A new antispam service initially aimed at consumers launched Monday with two huge promises to users: a total end to annoying spam and no false positives to hang up wanted e-mail.
Begun by Phil Goldman, a former Microsoft vice president and a co-founder of WebTV Networks Inc., the new Mailblocks Inc. service forgoes common spam-prevention filtering methods, such as heuristics and blacklisting, with something called "challenged response." Similar to other methods where the protected user’s e-mail account automatically asks the sender to verify an initial e-mail message, the challenged response sends a generated message asking the sender to type in a provided seven-digit number into a box in the e-mail. Since only an authentic sender can type in the number correctly, and a computer-generated spam mailer can’t issue such a response, the e-mail is then perceived to be authentic and added to the recipient’s accepted senders list.
"We’ve turned the problem around," said Goldman, the CEO of Los Altos, Calif.-based Mailblocks. "We’re defeating the spammers’ computers. We’re not allowing them to send spam to you."
The service will cost US$9.95 per year for standard service with 12MB of storage, or $24.95 a year for up to 50MB of storage. Attachments of up to 6MB can be sent with each message. New standard-service subscribers will get two free years of service as a bonus as an incentive with the service’s debut.
The difference between Mailblocks and other response-generated e-mail services, Goldman said, is that other services can be tricked by spammers through the issuance of a Perl script automated response, which isn’t possible using the seven-digit code.
The service can accessed through Mailblocks’ Web page or by using Microsoft Outlook, Outlook Express or Eudora e-mail clients.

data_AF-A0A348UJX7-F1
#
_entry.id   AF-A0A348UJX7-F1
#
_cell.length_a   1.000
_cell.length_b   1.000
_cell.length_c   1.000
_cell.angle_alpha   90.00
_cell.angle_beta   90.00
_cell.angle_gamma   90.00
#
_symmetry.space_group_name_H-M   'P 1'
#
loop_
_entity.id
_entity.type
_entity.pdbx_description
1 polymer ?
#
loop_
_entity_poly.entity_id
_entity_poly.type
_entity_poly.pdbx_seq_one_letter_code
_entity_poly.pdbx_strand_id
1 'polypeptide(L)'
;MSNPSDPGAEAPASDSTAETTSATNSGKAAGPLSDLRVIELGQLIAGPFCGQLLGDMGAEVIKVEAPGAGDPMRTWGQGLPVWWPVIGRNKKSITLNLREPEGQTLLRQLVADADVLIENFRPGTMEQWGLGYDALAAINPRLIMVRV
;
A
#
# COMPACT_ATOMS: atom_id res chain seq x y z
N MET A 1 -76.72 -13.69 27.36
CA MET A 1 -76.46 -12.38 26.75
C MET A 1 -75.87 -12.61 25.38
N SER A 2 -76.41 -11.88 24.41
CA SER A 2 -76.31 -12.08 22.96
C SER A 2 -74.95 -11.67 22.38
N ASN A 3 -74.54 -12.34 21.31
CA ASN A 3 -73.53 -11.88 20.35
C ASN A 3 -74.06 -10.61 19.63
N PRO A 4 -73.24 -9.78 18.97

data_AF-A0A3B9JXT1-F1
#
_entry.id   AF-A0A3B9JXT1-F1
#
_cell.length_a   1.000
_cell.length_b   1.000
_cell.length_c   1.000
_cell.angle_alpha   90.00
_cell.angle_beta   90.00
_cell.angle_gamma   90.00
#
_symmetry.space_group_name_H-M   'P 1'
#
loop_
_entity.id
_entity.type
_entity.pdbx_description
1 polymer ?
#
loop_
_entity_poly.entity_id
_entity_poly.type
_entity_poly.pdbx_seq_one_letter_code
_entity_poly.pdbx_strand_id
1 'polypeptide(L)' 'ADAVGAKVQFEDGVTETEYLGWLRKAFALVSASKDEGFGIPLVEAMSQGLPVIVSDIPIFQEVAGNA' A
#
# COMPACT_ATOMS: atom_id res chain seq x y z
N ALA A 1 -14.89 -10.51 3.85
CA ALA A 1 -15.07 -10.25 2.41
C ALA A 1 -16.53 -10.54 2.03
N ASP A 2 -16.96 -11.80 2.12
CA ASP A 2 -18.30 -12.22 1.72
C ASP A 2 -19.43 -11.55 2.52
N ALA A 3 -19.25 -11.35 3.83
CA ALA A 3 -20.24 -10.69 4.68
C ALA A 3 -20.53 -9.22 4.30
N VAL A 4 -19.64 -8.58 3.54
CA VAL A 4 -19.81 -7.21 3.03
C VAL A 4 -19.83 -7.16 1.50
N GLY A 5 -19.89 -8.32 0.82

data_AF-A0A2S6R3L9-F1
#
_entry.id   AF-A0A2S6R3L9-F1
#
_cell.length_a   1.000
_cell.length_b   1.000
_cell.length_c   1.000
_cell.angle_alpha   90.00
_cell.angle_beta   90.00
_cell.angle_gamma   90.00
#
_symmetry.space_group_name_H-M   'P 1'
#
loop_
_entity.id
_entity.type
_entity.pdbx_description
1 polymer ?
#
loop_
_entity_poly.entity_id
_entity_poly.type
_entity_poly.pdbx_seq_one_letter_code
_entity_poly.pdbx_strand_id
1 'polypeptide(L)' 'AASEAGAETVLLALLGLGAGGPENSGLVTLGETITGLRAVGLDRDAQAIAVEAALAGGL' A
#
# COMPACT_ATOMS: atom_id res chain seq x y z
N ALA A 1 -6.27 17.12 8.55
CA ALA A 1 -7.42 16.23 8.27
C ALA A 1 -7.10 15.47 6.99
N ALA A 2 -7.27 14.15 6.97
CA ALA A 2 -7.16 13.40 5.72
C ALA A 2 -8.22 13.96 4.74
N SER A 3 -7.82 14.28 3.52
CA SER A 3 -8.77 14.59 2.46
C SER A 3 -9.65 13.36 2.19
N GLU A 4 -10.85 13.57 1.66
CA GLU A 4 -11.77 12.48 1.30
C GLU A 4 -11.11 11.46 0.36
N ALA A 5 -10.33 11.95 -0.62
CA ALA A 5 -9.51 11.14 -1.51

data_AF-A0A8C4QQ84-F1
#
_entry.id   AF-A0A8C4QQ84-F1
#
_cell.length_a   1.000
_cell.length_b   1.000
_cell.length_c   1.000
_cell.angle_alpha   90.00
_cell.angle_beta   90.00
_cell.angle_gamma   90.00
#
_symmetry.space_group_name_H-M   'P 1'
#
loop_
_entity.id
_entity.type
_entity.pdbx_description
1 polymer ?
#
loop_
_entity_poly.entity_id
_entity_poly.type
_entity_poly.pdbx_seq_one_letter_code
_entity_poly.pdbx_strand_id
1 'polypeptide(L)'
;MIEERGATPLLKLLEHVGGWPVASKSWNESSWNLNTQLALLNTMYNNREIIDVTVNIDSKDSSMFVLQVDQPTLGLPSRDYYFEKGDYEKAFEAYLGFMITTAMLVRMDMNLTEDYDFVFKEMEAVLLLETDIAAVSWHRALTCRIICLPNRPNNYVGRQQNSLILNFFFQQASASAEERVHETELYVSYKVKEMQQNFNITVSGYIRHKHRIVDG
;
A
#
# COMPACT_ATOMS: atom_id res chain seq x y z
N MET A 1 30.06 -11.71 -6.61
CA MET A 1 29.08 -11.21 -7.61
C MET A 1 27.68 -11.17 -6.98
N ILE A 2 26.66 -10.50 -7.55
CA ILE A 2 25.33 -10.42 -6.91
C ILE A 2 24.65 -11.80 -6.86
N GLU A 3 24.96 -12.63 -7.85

Other benefits include immediate access to a user’s in-box upon log-in, rather than to ad-filled home pages with free e-mail alternatives, such as Yahoo Mail and Hotmail.
The "challenged response" technology has been patented by Mailblocks, and the company is actively searching for partners to license it and bring its capabilities to enterprise e-mail systems such as Microsoft Exchange and Lotus Notes, Goldman said.
Tim Bajarin, an analyst at Creative Strategies Inc. in Campbell, Calif., said Goldman's no-spam, no-errors claims are perhaps over the edge. "There's no question, it's a stretch," he said. "But Goldman's learned a lot during his WebTV days" about what customers want and how they want to use e-mail and the Web, Bajarin added.
"While the vision is rather grand, if there's any guy who can design something that can minimize spam, I've got to say that Phil's as good a guy as any," he said.
Even if Goldman's claims are accurate, spammers will likely figure out a way to defeat the seven-digit code system in Mailblocks, Bajarin said. That means Goldman will need to be proactive in staying a step ahead of them with other methods to stop spam.
"His goal is to provide spam-free mail," Bajarin said. "In the cases of Hotmail and these others, that's not their goal."